By Jason Menard
Feb. 21, 2006 — The perils of watching reality television include the simple fact that the more you watch, the more familiar it all becomes. And, when it comes to reality, one thing’s for sure – good things don’t come in threes.
Trying to get caught in the draft of the unexplicably popular American Idol (as proud of a Canadian as I am, I refuse to even refer to that Ben Mulroney-helmed disaster of a knock-off to which we’re subjected), two other shows have joined the fray: the “pick-some-words-out-of-a-hat-and-throw-them-on-a-page twins, Dancing with the Stars and Skating with Celebrities.
Both shows enjoy a sort of Surreal Life cachet of faded stars and B-list performers stepping out of their element and performing on a national stage. And, unlike the karaoke-quality wannabes that turn out for Idol, these dancers and skaters are able to instill a sense of conviviality with the viewers due to the fact that any of us can imagine ourselves in a similar fish-out-of-water scenario. Whereas the Idols are convinced they are the world’s gift to singing, Dancing and Skating’s participants appear to truly enjoy the experience, revel in the learning process, and grow.
Unfortunately, all good things don’t come in threes, and the inexplicable decision to replicate the judging tribunal on each show reveals either a lack of creativity or a calculated tweaking of the audience’s nerve endings in order to artificially stimulate a response.
All three shows employ archetypal judges that fit into three categories: the vapid, schmoopy, “I love everyone” soft-sell, female judge (Paula Abdul, the saccharine overloaded Dorothy Hamill, and Carrie Ann Inaba, best known for her stellar role as Fook You in Austin Powers: Goldmember, and her seeming dislike for anyone from the female race); the catch-phrase ridden, animated foil, middle-ground judge (the Aallllight Dawg-repeating Randy Jackson, the “what clever play on words did I think up this week to wedge into a performance review” Bruno Toniol, and the man who somehow mixes blandness with hyperbole, Mark Lund.
And, of course, there’s the third judge. Snarky, to-the-point, and British: the archetype, Simon Cowell, and his ex-pat brethren Len Goodman and John Nicks. These are the, albeit acerbic, voices of reason. They cut through the niceties and say what needs to be said – and, of course, a worthy competitor would take constructive criticism to heart and improve.
But that’s not the way these shows work. Taking a cue from our cultural over-sensitivity, the studio audience vociferously boos whenever a negative syllable is uttered. Apparently we’re not allowed to have people who are worse at something than another. To these fans, these shows should be nothing more than televised T-ball, where everyone gets a turn and no-one loses.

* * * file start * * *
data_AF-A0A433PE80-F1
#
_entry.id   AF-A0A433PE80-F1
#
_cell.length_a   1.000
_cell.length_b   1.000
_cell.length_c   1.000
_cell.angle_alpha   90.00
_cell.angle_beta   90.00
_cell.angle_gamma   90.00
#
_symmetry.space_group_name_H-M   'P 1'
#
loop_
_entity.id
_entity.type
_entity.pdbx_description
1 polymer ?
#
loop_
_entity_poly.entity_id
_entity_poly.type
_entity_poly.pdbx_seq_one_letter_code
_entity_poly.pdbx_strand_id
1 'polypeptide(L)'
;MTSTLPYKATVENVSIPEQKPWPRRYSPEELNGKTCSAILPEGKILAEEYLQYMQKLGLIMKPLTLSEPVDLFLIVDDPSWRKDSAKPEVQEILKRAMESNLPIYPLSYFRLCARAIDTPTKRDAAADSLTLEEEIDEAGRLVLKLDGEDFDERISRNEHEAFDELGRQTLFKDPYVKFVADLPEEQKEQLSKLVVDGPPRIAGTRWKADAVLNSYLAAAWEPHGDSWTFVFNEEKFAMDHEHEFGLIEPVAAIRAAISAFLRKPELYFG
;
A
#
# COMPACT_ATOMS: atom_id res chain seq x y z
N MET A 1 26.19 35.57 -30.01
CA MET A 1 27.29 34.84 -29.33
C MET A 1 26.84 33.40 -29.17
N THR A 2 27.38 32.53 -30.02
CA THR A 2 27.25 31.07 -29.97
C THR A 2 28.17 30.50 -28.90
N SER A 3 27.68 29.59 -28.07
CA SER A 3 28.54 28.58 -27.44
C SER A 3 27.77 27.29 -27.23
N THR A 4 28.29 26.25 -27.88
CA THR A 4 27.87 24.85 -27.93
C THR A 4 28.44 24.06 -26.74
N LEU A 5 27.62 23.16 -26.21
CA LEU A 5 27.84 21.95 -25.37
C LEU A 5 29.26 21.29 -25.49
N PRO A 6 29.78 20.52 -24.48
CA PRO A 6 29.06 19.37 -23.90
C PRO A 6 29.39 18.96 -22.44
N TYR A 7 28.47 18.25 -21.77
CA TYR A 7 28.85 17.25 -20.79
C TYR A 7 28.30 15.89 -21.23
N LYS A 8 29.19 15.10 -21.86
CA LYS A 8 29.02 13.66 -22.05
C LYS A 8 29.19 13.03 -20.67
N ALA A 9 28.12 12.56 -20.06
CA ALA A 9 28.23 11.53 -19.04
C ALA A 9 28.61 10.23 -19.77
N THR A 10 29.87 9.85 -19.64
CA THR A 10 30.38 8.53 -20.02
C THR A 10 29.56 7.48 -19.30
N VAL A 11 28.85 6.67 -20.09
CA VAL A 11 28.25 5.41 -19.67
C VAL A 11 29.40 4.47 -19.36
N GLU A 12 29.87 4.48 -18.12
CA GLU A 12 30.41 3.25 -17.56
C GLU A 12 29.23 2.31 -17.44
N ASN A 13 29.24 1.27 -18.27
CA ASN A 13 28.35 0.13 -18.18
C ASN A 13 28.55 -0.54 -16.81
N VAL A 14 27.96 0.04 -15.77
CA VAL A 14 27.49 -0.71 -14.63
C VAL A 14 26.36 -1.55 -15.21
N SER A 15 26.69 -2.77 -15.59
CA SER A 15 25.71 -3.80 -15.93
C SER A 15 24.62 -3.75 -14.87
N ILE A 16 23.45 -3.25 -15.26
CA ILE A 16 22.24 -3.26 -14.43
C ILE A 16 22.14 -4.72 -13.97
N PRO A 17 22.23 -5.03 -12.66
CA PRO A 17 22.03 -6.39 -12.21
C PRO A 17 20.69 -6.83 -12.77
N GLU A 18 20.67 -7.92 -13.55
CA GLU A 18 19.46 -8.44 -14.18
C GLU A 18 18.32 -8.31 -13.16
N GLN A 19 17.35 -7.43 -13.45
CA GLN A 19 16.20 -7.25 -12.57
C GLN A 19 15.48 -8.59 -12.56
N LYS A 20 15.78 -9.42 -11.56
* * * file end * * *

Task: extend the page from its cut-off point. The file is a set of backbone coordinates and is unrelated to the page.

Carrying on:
Or maybe it’s just another way to rub the British’s faces in the whole American revolution. You can have your cantankerous judge who speaks the truth, but they’ll assert their American dominance to thwart the judges’ nefarious cultural colonialism.
Want proof? Master P. Need more? Bruce Jenner. Again? How about any of the American Idol rejects who inexplicably outlive their usefulness at the expense of audibly more talented performers? And what’s the best way to ensure that these less-than-shining lights stay on the show? Make sure that the British judge either chastises the competitor or chides the audience for keeping them in the competition.
American voters hate being told what to do. Being told by a stuffy Englishman with an attitude? Horrific. I mean, the only thing I can think many Americans would find worse is being condescended to by a judge from France.
Alas, the joy in watching these shows doesn’t come from the idea that you’re going to see something groundbreaking. What people like is the familiarity. That’s why the rosters, for the most part, are riddled with known faces from our past, that’s why the songs used are non-offensive standards culled from history, and that’s why the sets and judging are all identically formatted. It’s electronic comfort programming at its best and its worst.
In the end, we want everyone to hug, everyone to be friends, and everyone to congratulate each other for just giving their all! And if it takes booing down a surly British judge, well then so be it.
Now, if only we could figure out how to export Ben Mulroney to one of these shows…
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